Rick Harris, the Executive Director of The Association of Proposal Management Professionals (APMP), has aptly said, “Writing a proposal is an art and a science.”
There are multiple types of writing project proposals, and they vary depending upon the industry to which they belong. Regardless, the primary aim of a proposal stays the same – to win the executive buy-in. It is a document that provides an overview of the project, its objectives, and other key elements at a granular level.
Once presented to the stakeholders, they hold the power to approve or deny funding, so getting them on board is paramount.
However, getting approval on the project’s budget becomes seamless when the proposal is made right with every detail included.
In this blog, you will learn how to write an effective project proposal to earn your stakeholders’ trust and secure financial support.
Before that, let us learn a bit more about a project proposal.
1. What is a project proposal
A project proposal is an initial document that defines the nature of a project, its goals, objectives, resources required, start and end dates, etc. An agency shares the document with a client or stakeholder before the start date of the project. The stakeholders judge the feasibility and return on investments of the project before buying into the services.
The proposal can be treated as a formal representation or a framework that entails the project management methodologies and processes that will be implemented, the resource plan, task breakdown, budget, timeline, and other attributes.
Managers can only win the buy-in when their proposal addresses every problem or expectation of the client and highlights the ROI, value-addition, etc. Thus, one must formulate a detailed, well-defined proposal.
The following are some of the components that make your project proposal comprehensive:
I. Executive summary
The executive summary represents a quick overview of the entire project. It is created to ensure you capture the attention of the specific stakeholders and get them interested in the project. You can also include a few relatable statistics to the project at hand. By making the summary short and crisp, you can briefly glimpse how the project’s success can benefit the concerned authorities.
The history represents the previously successful projects along with the ones that could go better. It will help you establish a strong precedent and compare your past triumphs and setbacks. Mentioning your past achievements generates better leverage for your proposal and earns you the trust of the stakeholders. It’s important to note that the past examples you provide should be similar to the industry you are representing now.
The solutions form a significant part of the proposal. Here, you can go into the multiple details of the project and mention the project management techniques, qualified personnel, tools, etc., that will help you solve the client’s problems. Be sure to include practical and achievable solutions. If this section becomes too large, you can consider dividing it into subsections to make it simpler for the readers.
IV. Project approach
This section defines the whole process of project execution, starting from selecting the project methodology to governance and tools. It also explains the interdependence of the multiple tasks how each activity will add to the final output or deliverable. The stakeholders will also get a better understanding of how their funds and other resources will be used. A clear and transparent project approach gives a comprehensive picture of the project to the stakeholders.
The various stakeholders can go through the appendix to get into the project’s finer details. Usually, anything that you have not included in the proposal can be found here. For example, it can consist of the resumes of the personnel who’ll be working on the project, any supportive data, key certifications, legal authorizations required, and so on.
2. What is the significance of a project proposal?
There can be multiple benefits to a project proposal, both for the stakeholders and the contractors who will be presenting the document. When decision-makers receive multiple project proposals from varying competitors, they can make objectively better decisions by doing a thorough comparative analysis of different vendors.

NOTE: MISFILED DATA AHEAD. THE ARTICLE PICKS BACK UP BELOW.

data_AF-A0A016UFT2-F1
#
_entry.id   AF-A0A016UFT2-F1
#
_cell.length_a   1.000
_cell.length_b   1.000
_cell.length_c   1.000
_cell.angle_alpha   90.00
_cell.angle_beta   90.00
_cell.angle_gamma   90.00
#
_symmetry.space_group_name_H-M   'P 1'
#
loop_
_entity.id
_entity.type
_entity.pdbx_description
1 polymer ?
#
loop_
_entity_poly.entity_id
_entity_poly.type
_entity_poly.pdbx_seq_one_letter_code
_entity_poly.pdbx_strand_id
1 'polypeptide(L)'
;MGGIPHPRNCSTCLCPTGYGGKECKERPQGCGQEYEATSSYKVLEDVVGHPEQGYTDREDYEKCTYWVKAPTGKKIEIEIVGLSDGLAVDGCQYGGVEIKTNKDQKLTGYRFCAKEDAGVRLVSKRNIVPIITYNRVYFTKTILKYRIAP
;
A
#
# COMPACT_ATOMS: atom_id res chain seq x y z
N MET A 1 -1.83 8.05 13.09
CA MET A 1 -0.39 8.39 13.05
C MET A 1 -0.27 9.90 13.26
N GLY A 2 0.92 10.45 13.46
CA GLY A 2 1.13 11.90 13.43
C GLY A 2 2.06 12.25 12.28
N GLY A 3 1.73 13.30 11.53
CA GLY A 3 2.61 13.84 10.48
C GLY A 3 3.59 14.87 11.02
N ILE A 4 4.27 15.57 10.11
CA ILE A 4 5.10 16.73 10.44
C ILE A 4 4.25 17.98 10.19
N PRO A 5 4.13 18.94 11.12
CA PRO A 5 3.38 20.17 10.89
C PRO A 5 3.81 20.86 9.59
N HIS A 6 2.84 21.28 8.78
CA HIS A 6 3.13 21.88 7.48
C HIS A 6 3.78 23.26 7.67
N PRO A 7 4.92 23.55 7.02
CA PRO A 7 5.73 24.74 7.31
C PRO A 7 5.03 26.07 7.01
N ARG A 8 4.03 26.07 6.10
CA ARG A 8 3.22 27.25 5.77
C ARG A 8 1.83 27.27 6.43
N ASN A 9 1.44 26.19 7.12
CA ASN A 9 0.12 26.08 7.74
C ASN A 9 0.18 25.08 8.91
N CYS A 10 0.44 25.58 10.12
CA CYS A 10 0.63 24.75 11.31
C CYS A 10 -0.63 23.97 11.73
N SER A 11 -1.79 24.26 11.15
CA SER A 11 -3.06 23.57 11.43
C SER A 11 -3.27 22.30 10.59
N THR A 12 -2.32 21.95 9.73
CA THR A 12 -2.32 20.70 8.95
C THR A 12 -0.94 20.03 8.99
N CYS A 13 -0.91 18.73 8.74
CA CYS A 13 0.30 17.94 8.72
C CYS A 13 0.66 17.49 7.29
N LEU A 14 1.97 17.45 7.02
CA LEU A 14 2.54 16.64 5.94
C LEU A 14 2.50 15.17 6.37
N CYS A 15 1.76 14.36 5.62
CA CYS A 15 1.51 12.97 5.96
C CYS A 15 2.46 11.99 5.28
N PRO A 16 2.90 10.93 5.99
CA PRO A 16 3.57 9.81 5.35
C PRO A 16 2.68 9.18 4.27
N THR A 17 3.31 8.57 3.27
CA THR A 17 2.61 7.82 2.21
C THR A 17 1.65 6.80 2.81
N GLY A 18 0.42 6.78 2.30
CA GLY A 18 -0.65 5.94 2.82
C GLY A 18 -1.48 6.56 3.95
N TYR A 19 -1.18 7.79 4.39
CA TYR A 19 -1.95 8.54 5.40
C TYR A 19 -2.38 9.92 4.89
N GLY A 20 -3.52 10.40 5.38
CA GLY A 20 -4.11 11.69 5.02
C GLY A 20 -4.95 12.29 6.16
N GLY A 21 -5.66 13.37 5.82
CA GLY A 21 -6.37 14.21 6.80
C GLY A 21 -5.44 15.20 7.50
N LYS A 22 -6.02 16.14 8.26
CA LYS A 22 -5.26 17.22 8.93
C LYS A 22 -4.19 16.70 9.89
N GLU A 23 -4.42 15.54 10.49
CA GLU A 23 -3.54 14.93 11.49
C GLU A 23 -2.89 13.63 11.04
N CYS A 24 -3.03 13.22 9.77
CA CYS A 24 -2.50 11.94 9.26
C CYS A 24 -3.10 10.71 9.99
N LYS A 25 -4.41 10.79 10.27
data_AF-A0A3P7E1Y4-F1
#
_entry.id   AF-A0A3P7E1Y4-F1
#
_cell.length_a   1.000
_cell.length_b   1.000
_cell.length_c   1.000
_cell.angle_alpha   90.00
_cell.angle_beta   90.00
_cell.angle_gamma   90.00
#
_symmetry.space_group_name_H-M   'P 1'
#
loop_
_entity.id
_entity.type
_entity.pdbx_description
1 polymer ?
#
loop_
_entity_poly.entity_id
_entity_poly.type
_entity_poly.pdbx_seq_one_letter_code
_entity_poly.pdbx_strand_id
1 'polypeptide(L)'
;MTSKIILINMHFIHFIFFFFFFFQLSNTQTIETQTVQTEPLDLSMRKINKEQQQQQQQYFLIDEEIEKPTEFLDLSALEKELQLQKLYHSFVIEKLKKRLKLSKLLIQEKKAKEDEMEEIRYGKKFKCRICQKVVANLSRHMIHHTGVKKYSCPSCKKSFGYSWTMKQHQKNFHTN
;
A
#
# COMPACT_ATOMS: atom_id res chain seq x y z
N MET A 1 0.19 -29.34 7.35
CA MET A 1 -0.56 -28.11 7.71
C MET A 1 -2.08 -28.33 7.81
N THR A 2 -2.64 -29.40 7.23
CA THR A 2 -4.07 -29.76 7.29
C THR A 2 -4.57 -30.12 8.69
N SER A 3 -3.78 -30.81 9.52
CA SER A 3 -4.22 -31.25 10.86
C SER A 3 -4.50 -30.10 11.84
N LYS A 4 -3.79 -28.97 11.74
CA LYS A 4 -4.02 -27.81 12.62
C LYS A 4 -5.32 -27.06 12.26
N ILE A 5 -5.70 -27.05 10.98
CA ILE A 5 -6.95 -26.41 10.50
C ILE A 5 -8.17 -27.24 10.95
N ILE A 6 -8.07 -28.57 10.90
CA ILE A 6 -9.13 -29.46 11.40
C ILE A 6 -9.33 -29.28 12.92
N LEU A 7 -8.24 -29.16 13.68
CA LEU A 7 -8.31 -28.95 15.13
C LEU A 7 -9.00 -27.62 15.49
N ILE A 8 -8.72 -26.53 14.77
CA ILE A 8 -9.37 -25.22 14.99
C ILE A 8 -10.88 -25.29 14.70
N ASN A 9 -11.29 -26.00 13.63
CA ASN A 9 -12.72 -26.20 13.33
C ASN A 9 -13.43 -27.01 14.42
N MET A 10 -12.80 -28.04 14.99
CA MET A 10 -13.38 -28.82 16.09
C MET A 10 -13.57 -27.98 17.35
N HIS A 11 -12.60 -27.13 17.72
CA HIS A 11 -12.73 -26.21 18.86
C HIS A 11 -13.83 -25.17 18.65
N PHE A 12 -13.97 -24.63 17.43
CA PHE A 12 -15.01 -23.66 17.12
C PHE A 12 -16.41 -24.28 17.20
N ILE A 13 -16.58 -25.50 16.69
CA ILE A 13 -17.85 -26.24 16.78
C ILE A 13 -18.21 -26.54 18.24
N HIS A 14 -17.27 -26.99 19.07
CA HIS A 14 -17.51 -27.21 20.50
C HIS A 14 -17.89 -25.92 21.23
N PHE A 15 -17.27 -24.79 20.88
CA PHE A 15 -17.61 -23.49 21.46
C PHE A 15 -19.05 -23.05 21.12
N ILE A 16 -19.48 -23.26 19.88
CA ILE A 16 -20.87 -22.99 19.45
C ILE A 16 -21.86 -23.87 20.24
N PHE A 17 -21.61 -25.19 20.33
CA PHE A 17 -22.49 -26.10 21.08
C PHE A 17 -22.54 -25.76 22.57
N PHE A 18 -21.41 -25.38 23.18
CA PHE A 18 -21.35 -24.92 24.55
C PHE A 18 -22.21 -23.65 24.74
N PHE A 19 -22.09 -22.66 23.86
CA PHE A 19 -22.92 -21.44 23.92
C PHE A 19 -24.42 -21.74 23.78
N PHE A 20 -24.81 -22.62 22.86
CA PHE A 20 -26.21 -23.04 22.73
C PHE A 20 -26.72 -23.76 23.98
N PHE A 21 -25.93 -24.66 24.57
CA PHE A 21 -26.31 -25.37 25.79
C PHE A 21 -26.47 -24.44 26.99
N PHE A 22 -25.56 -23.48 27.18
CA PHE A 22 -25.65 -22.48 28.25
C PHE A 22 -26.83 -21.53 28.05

The stakeholders can compare the various approaches, the prices, and the problems a particular vendor is willing to solve. The varying prices can also help them determine which aspects are creating a difference in value. Then, they can make an informed decision accordingly.
Furthermore, a well-defined project proposal helps stakeholders gauge the viability of a project, the resources required and brings everyone on the same page. The entire roadmap of the project is discussed and approved upfront, which ensures faster progress.
For contractors, sending out multiple project proposals and delivering successful projects help them create a reputation in the industry. It builds long-lasting relationships, boosts credibility, and allows organizations to grow together.
Finally, a well-researched proposal with all the steps, tools, personnel and other requirements outlined before the project begins helps establish accountability for the vendors.
These are some of the aspects that make project proposals significant. Now we’ll look into the various types of a proposal.
3. What are the different project proposal types?
As mentioned earlier, proposals may vary from one industry to another. However, they also differ based on the project’s objectives and goals, and other factors. Here’s a brief description of the different kinds of project proposals and what makes each of them different.
I. Formally solicited project proposals
These project proposals are sent as a response to a Request for Proposal (RFP). In this case, the clients make the process formal and invite tenders from the interested vendors. The proposal outline is mentioned beforehand, and they have to stick to the guidelines, as mentioned within the RFP.
II. Informally solicited project proposals
Project proposals can also be solicited informally when there has been a previous contact between the two parties or any sort of communication. The submission procedure in this format is relatively lenient too. Vendors may not stick to an RFP.
III. Unsolicited project proposals
In this case, project proposals can also be sent without any RFP from the stakeholders. These can be challenging since there has been no specific mention that the project is needed. These proposals are usually observed in the construction sector and are sent to win the project.
IV. Continuation project proposals
These proposals are sent to stakeholders to update them on the status of the projects. It also re-affirms that the clients are still on board with the budget, timeline, and project methodologies. Therefore, it can be considered as a follow-up proposal.
V. Renewal project proposal
Renewal project proposals can be used while reaching out to stakeholders who have previously worked with you. It serves as a reminder of the previous achievements and shows that you can help complete yet another successful project.